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Alpha radiation consists of helium nuclei and is readily stopped by a sheet of paper. Beta radiation, consisting of electrons, is halted by an aluminum plate. Gamma radiation is eventually absorbed as it penetrates a dense material.

Beta particles are high-energy, high-speed electrons or positrons emitted by certain types of radioactive nuclei such as potassium-40. The beta particles emitted are a form of ionizing radiation also known as beta rays. The production of beta particles is termed beta decay. They are designated by the Greek letter beta (β). There are two forms of beta decay, β and β+, which respectively give rise to the electron and the positron.

Contents

β decay (electron emission)

Beta decay

An unstable atomic nucleus with an excess of neutrons may undergo β decay, where a neutron is converted into a proton, an electron and an electron-type antineutrino (the antiparticle of the neutrino):

np + e + νe

This process is mediated by the weak interaction. The neutron turns into a proton through the emission of a virtual W boson. At the quark level, W emission turns a down-type quark into an up-type quark, turning a neutron (one up quark and two down quarks) into a proton (two up quarks and one down quark). The virtual W boson then decays into an electron and an antineutrino.

Beta decay commonly occurs among the neutron-rich fission byproducts produced in nuclear reactors. Free neutrons also decay via this process. This is the source of the copious amount of electron antineutrinos produced by fission reactors.

β+ decay (positron emission)

Unstable atomic nuclei with an excess of protons may undergo β+ decay, also called inverse beta decay, where a proton is converted into a neutron, a positron and an electron-type neutrino:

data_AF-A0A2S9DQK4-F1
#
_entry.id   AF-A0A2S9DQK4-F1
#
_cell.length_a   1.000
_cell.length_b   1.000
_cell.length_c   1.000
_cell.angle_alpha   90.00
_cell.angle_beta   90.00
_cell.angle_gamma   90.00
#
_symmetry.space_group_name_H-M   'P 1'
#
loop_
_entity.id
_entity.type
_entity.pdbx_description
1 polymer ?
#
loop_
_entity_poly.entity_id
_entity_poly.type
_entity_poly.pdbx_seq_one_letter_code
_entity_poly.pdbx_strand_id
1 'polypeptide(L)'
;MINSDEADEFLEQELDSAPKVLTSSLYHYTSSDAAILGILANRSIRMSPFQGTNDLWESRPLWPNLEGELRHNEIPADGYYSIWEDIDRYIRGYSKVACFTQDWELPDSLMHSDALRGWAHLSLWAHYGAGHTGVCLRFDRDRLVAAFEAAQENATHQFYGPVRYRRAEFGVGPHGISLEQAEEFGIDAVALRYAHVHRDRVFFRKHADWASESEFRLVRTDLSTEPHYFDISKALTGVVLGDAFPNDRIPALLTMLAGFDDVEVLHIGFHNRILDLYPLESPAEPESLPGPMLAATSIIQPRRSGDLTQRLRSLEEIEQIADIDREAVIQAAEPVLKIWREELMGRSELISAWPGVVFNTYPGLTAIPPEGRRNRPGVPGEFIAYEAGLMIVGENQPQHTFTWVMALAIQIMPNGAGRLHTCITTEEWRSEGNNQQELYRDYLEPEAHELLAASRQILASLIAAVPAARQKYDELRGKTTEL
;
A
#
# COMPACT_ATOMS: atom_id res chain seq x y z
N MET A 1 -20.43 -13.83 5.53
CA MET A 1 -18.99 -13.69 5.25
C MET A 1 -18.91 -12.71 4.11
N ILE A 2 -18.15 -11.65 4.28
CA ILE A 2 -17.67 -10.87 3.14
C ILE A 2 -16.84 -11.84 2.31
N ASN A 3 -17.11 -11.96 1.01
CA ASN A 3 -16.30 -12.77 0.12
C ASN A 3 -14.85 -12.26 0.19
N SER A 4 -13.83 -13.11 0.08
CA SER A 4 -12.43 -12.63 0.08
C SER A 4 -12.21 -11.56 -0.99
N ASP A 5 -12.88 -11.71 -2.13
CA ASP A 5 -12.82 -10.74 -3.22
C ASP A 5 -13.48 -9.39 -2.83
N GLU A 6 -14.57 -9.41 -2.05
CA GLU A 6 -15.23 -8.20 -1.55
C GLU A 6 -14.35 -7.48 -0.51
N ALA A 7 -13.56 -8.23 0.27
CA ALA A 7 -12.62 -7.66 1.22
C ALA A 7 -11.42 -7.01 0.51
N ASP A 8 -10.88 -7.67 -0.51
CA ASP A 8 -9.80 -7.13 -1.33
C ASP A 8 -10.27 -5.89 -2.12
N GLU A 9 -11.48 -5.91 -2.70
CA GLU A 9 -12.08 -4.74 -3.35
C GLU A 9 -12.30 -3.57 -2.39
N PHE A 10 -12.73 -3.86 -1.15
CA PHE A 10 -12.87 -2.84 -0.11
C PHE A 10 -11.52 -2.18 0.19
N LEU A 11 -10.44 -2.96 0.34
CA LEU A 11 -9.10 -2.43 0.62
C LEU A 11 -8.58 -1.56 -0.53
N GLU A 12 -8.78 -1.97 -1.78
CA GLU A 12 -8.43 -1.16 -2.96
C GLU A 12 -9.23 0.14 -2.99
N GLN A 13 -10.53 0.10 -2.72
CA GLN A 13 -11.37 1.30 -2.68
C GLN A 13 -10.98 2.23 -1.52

pn + e+ + νe

Beta plus decay can only happen inside nuclei when the absolute value of the binding energy of the daughter nucleus is higher than that of the mother nucleus.

Inverse beta decay is one of the steps in nuclear fusion processes that produce energy inside stars.

Interaction with other matter

Of the three common types of radiation given off by radioactive materials, alpha, beta and gamma, beta has the medium penetrating power and the medium ionising power. Although the beta particles given off by different radioactive materials vary in energy, most beta particles can be stopped by a few millimeters of aluminum. Being composed of charged particles, beta radiation is more strongly ionising than gamma radiation. When passing through matter, a beta particle is decelerated by electromagnetic interactions and may give off bremsstrahlung x-rays.

Uses

Beta particles can be used to treat health conditions such as eye and bone cancer, and are also used as tracers. Strontium-90 is the material most commonly used to produce beta particles. Beta particles are also used in quality control to test the thickness of an item, such as paper, coming through a system of rollers. Some of the beta radiation is absorbed while passing through the product. If the product is made too thick or thin, a correspondingly different amount of radiation will be absorbed. A computer program monitoring the quality of the manufactured paper will then move the rollers to change the thickness of the final product.

Inverse beta decay of a radioactive tracer isotope is the source of the positrons used in positron emission tomography (PET scan).

History

Henri Becquerel, while experimenting with fluorescence, accidentally found out that Uranium exposed a black paper wrapped photographic plate with some unknown radiation that could not be turned off like X-rays. Ernest Rutherford continued these experiments and discovered two different kinds of radiation:

  • alpha particles that did not show up on the Becquerel plates because they were easily absorbed by the black wrapping paper
  • beta particles which are 100 times more penetrating than alpha particles.

He published his results in 1897.

Health

Beta particles are able to penetrate living matter to a certain extent (radiation intensity from a small source of radioactive material decreases as one over the distance squared) and can change the structure of struck molecules. In most cases such change can be considered as damage with results possibly as severe as cancer and death. If the struck molecule is DNA it can show a spontaneous mutation.

Beta sources can be used in radiation therapy to kill cancer cells.

Future use

Some sources claim that betavoltaic cells will be available in the near future to supply power to laptops and mobile phones without recharging for the expected useful life of the product. Since such cells use materials undergoing decay their power output is limited to its half-life related to the device's power needs. For example tritium has a half life of approximately 12 years, meaning after that span of time a cell powered by this isotope would produce half the power it did when assembled assuring that at some point the betavoltaic cell would die without more tritium.[citation needed]

See also

References

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